Serious Sandler film brings in mixed reviews
March 23, 2007
I’ve always dug Adam Sandler’s dramatic work more than his comedies. He’s always good for a few laughs, but I get an even greater feeling from seeing him pull off the unexpected and pile drive me with true acting skill.
I had hopes that “Reign Over Me” would join Sandler’s turns in “Spanglish” and “Punch- Drunk Love” as his best, and the film’s first few minutes certainly seem to indicate this direction. Unfortunately, “Reign Over Me” quickly disintegrates into a tragicomic mess that sits about as well in the end as an E. coli taco.
Don Cheadle plays Alan Johnson, a guy who can’t seem to get any respect at all. He’s alienated from the fellow partners at his dental practice, and he goes home each day to a nearly emotionless wife.
One day, Alan runs into an old college roommate, Charlie Fineman (Sandler), a disheveled mess who has buried himself in his own private world following the loss of his family in the 9/11 attacks. Although Charlie doesn’t remember Alan at first, the two start to hang out more, with Charlie beginning to peek out of his shell and Alan getting to experience some much-needed personal freedom.
Trouble rears its ugly head for both parties as bad memories continue to plague Charlie, while Alan is forced to deal with a nasty lawsuit at work. It’s only through their revived friendship that these two men can start to deal with problems they’ve both shuffled under the carpet for too long.
“Reign Over Me” was the second movie I saw in a span of 24 hours that had a big case of cinematic schizophrenia. “I Think I Love My Wife” had a problem keeping cohesive with its comedic and dramatic sides, but whereas that movie was more of an all-around comedy, “Reign Over Me” is more of a somber drama with emotionally-heavy themes which make the dashes of humor scattered throughout all the more puzzling.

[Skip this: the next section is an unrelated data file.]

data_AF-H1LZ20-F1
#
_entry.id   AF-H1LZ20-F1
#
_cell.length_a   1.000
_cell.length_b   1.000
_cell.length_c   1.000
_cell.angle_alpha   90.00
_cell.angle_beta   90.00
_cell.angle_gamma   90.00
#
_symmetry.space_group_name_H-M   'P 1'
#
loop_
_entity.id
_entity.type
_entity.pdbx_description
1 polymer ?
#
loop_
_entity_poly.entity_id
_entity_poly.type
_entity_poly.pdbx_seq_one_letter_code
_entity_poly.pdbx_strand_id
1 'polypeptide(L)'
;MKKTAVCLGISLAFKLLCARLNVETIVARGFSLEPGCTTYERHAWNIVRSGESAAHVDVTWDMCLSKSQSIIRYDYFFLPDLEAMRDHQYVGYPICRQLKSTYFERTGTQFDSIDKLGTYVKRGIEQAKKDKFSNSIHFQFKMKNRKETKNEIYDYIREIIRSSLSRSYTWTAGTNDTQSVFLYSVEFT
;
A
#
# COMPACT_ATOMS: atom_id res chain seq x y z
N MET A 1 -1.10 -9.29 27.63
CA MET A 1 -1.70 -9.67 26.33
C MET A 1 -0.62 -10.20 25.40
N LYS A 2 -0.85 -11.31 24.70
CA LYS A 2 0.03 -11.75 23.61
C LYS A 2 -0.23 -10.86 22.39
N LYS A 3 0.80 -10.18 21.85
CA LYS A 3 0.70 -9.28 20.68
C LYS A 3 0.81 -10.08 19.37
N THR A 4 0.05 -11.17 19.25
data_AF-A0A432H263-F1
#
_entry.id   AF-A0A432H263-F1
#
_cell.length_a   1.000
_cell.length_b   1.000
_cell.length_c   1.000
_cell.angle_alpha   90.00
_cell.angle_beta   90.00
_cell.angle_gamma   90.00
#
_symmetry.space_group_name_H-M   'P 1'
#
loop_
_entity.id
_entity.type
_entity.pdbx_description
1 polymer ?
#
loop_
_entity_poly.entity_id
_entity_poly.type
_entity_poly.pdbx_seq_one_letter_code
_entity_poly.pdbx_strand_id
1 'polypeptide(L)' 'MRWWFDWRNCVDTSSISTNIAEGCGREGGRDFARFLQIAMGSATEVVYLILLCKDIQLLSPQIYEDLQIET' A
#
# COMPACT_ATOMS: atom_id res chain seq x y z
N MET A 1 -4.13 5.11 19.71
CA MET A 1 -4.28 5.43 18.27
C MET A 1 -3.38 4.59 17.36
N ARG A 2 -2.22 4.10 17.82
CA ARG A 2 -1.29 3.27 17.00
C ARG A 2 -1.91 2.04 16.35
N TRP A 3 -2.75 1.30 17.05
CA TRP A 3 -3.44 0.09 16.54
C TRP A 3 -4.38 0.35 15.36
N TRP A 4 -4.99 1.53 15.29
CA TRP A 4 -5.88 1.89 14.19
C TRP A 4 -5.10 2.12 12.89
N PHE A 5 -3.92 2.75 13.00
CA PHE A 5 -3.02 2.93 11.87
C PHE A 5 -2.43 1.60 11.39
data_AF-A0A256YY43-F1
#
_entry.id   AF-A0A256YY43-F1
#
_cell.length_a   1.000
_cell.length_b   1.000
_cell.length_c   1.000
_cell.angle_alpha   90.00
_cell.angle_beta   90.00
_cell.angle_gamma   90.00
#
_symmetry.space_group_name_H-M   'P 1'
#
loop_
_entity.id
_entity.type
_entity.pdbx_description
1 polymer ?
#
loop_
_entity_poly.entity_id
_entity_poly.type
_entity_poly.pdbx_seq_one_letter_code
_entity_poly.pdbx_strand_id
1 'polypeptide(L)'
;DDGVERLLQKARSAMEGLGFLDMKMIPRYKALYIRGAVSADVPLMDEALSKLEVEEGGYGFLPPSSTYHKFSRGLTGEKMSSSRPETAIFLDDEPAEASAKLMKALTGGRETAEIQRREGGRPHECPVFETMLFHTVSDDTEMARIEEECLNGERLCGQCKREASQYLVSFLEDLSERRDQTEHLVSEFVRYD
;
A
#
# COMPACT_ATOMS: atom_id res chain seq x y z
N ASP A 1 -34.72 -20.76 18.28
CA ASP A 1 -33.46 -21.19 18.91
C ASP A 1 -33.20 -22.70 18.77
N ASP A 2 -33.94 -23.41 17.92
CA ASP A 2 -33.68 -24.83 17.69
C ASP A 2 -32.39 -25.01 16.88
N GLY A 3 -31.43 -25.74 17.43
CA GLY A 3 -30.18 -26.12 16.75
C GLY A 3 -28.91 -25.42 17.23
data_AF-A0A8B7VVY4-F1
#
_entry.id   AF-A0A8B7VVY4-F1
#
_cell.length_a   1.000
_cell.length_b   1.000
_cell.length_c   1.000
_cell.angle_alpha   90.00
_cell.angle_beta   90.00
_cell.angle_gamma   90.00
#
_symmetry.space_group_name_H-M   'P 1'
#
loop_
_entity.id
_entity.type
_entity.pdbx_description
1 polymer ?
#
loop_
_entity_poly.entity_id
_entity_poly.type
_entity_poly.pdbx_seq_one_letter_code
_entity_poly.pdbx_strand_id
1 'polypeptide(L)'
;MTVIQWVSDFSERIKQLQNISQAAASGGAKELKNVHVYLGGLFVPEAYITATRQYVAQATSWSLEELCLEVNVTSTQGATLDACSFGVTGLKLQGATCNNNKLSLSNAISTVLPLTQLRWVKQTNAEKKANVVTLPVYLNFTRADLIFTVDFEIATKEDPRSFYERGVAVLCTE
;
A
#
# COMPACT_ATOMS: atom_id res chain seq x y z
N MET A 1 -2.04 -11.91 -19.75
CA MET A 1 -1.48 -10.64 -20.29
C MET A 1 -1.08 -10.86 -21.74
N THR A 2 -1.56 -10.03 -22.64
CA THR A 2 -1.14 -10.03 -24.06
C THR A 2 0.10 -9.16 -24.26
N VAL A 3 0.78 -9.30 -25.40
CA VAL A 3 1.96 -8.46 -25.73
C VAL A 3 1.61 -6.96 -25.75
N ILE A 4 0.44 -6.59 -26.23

The storytelling of “Reign Over Me” is about as skillful as a three-year-old with a shot put, getting off to a pitch-perfect start that the rest of the film never lives up to.
The story, for as much potential as it has, is dragged out for far too long, littered with timewasting subplots, and ultimately comes to a moral conclusion that Joe Six-pack could figure out before even buying a ticket.
Cheadle’s performance is just fine here, but Sandler is a real disappointment. The guy completely misses the mark as his idea of being dramatic apparently means mumbling, screaming a lot and looking like Bob Dylan on a diet of Little Debbie cakes. He uses a pretty simple approach to taking on a very complex role, and his lack of a strong grasp on the character of Charlie sadly shows here.
Though not without some touching dramatic moments and a couple of solid performances, I found myself wanting to do while watching “Reign Over Me” what Charlie often does throughout the flick: slap some headphones on and wish I was in a better place.
A.J. Hakari is a student at UW-River Falls.